He was just the opening act. Itaewon is just warming up. I take a pull of OB and continue to speculate on the backstories of the passersby.

-Ah, here’s a common sight. Two SCOINs (Shady Characters of Indiscriminate Nationality) stalking by with their hoods up. I’ll bet you 10,000 won these fellows are laying low in Itaewon because there’s an outstanding warrant out for them in their homeland.

-Next up, a gang of KCMs (Korean Christian Missionaries) wearing sandwich boards and shouting into megaphones. Hm, they’re mobile tonight, going fishing. Are there conversion quotas at their church? Normally they just clump over on the sidewalk by exit 4 of the subway. As they draw closer I slump in my chair and affect the blacked-out pose of a soju addict.

Then I pull out a bingo card I that designed, printed, and laminated during office hours at my school (don’t you get bored, too?) and check off my spottings so far. I’m waiting here for some friends and—call me retro, old-fashioned, grandpa, whatever—but I don’t need a smartphone to pass the time. Like I said: this is the best show in town. The archetypes keep on coming, dispersed almost equally, as if being nudged down a catwalk by a stage hand.

-It must be quitting time for the ajeossi who sells tailored suits by the nearby the What the Book? store. He floats by, wrapped in a cloud of cigarette smoke so thick I can’t tell what color his jacket is.

-Ah, here we are, folks. My personal favorite. The power couple, the dynamic duo. We have a JQE (Mr. John Q. Expat) who is 56 years of age and weighs in at 220 pounds, and is living the Asian Dream. He’s gliding along, arm-in-arm with a KYK (Ms. Kim Y. Korean) who is 28 and, thanks to genetics and daily yoga, will never in her life weigh even an ounce over 110.

See, John is bald and he sweats a lot. He took a beating in the divorce, so he sold his Camry and bought a one-way ticket to Korea and it was the best move he ever made. I’m happy for them both. I never judge when I see a JQE out and about. This is because I like living abroad, maybe too much, and unless I hightail it home tonight and kiss enough derriere to get an underpaid position at CubicleWorld, morphing into a John Q. Expat is my eventual destiny. Good to see that there’s hope. I take another sip of OB and grimace slightly as I realize that if the typical JQE pattern holds true for me, my future spouse won’t even be born for another two years. Maybe those are her parents over there, the…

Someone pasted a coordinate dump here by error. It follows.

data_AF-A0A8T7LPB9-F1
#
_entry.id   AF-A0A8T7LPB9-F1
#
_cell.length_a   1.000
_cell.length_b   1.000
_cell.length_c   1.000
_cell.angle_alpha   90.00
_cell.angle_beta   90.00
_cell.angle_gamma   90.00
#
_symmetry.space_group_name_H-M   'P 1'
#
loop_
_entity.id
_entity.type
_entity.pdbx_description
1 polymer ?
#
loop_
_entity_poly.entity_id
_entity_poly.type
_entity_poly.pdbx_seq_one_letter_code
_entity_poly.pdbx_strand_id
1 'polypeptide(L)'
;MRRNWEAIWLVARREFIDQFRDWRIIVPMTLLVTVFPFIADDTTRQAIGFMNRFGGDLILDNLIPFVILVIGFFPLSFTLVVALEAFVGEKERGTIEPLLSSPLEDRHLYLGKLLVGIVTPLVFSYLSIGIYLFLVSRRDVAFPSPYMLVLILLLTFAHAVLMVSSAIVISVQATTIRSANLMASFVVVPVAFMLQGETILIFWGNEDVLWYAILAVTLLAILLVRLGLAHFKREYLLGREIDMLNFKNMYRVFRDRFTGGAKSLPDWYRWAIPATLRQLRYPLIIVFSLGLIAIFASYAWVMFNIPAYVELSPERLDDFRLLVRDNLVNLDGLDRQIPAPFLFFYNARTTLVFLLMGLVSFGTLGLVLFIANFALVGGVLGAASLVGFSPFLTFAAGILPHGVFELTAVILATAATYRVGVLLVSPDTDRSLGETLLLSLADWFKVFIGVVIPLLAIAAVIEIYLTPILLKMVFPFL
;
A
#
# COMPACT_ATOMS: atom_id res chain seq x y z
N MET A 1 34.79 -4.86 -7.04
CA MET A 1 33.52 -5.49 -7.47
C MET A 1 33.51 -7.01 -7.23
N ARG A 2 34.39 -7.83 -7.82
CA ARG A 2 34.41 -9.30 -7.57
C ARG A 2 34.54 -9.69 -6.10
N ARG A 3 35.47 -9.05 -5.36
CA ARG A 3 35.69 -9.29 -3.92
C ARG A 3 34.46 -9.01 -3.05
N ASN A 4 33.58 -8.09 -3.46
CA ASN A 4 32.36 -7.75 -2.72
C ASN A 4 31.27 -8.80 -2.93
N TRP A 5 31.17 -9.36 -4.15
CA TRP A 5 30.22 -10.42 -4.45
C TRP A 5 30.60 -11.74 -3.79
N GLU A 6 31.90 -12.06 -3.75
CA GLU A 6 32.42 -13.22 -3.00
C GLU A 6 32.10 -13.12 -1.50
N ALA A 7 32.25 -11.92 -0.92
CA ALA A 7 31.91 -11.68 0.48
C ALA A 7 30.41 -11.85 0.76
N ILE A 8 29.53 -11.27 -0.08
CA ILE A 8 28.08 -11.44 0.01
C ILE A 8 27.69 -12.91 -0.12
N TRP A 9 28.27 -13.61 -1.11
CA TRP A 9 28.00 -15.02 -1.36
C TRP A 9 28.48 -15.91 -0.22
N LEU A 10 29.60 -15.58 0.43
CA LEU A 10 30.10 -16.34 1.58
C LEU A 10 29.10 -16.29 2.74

-HKCS (Horny Korean College Students) holding hands, suppressing their giggling and trying to act like they’re not scouting for a love motel.

Whoa, hold up, now. Oh God, this is too good. Just when I thought it could get no better, Itaewon pulled out the big guns…

-At this juncture we are treated to three GEPs (Ghosts of Expats Past). Americans guys, in tank tops and visors. Fresh-off-the-boat bros, recent university graduates who suffered a hard crash landing after tumbling down from the boozy heights of the fratmosphere. Finding Reality to be about as much fun as inserting a catheter, they Googled TEACH ENGLISH ABROAD!!! (in all caps) in a last-ditch attempt to keep the party going. They’re still ecstatic to be here; the enthusiasm in their eyes has yet to be snuffed out by the crushing monotony waiting for them within the walls of a hagwon. By the way, you’re walking the wrong way, guys. Hooker Hill is behind you.

-And lastly but not leastly, two women who need neither an introduction nor an acronym. Two trollops, clip-clopping past, precariously perched atop the Mt. Everest of high heels, figures contained by cocktail dresses the size of hand towels. Let’s stop beating around the bush and just call it how we see it: they’re ladies of the night, making the commute over to Hooker Hill. But here’s the real question: are they 100% honest-to-goodness, all-natural hookers, or are they actually ladyboys? I’m not an expert. I don’t know the answer to that. But I advise you not to go all-in with your bets when you guess. Itaewon is nothing if not full of surprises.

The clock strikes twelve. My OB is drained and I tuck the archetype bingo card in my pocket. That was fun. I think I’ll start selling these cards soon (specifically tailored for any city in the world—yes, I take requests) and make my millions that way.

I rise to meet my confederates, who have just arrived on the last train into the city.

 

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Addendum: Inner monologue of an aspiring Korean writer who lives in HBC (translated for your convenience):

“I’m walking along Itaewon-ro with a bottle of soju in my hand, taking mental notes of the characters I see as I search for inspiration.

Up first: a young Western expat drinking cheap beer in front of the 7-11, leering at two prostitutes walking by. He stands up a moment after they pass and then heads in same direction as them. So typical of these droves of young, unemployable foreigners, who can’t find good girls to marry in their home countries.

Oh, look. A text from my wife. She’s wondering where I am, so late on a Saturday. Sigh, I think she wants to have sex tonight. I’m over it, though. By now it’s clear she just married me so she could procreate. That much is clear. I keep telling her, now is not a good time for a child. My book sales are slow. I say let’s wait two years, when my finances are set, and have a child then. She wants a girl. I think a girl would be nice.”